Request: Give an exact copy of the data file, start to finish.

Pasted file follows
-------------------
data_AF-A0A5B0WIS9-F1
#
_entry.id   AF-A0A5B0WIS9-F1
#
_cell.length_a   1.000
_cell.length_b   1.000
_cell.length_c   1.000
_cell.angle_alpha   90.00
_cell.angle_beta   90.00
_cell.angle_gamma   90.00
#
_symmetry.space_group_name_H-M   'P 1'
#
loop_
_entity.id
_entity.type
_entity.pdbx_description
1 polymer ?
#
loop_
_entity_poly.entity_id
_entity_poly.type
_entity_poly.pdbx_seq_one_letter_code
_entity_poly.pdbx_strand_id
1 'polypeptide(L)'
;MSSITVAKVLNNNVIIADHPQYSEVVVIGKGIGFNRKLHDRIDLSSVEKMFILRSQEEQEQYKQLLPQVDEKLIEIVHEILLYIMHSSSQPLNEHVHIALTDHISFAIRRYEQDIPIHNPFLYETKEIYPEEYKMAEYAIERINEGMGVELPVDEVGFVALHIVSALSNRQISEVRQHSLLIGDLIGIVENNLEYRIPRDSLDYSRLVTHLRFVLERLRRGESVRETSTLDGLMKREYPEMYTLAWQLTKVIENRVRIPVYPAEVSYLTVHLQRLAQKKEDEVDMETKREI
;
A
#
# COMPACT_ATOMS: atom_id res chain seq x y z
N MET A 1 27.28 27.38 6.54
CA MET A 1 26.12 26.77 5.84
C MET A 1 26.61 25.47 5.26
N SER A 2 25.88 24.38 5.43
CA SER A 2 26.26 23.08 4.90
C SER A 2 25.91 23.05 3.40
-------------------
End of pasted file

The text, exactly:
data_AF-A0A5B0WIS9-F1
#
_entry.id   AF-A0A5B0WIS9-F1
#
_cell.length_a   1.000
_cell.length_b   1.000
_cell.length_c   1.000
_cell.angle_alpha   90.00
_cell.angle_beta   90.00
_cell.angle_gamma   90.00
#
_symmetry.space_group_name_H-M   'P 1'
#
loop_
_entity.id
_entity.type
_entity.pdbx_description
1 polymer ?
#
loop_
_entity_poly.entity_id
_entity_poly.type
_entity_poly.pdbx_seq_one_letter_code
_entity_poly.pdbx_strand_id
1 'polypeptide(L)'
;MSSITVAKVLNNNVIIADHPQYSEVVVIGKGIGFNRKLHDRIDLSSVEKMFILRSQEEQEQYKQLLPQVDEKLIEIVHEILLYIMHSSSQPLNEHVHIALTDHISFAIRRYEQDIPIHNPFLYETKEIYPEEYKMAEYAIERINEGMGVELPVDEVGFVALHIVSALSNRQISEVRQHSLLIGDLIGIVENNLEYRIPRDSLDYSRLVTHLRFVLERLRRGESVRETSTLDGLMKREYPEMYTLAWQLTKVIENRVRIPVYPAEVSYLTVHLQRLAQKKEDEVDMETKREI
;
A
#
# COMPACT_ATOMS: atom_id res chain seq x y z
N MET A 1 27.28 27.38 6.54
CA MET A 1 26.12 26.77 5.84
C MET A 1 26.61 25.47 5.26
N SER A 2 25.88 24.38 5.43
CA SER A 2 26.26 23.08 4.90
C SER A 2 25.91 23.05 3.40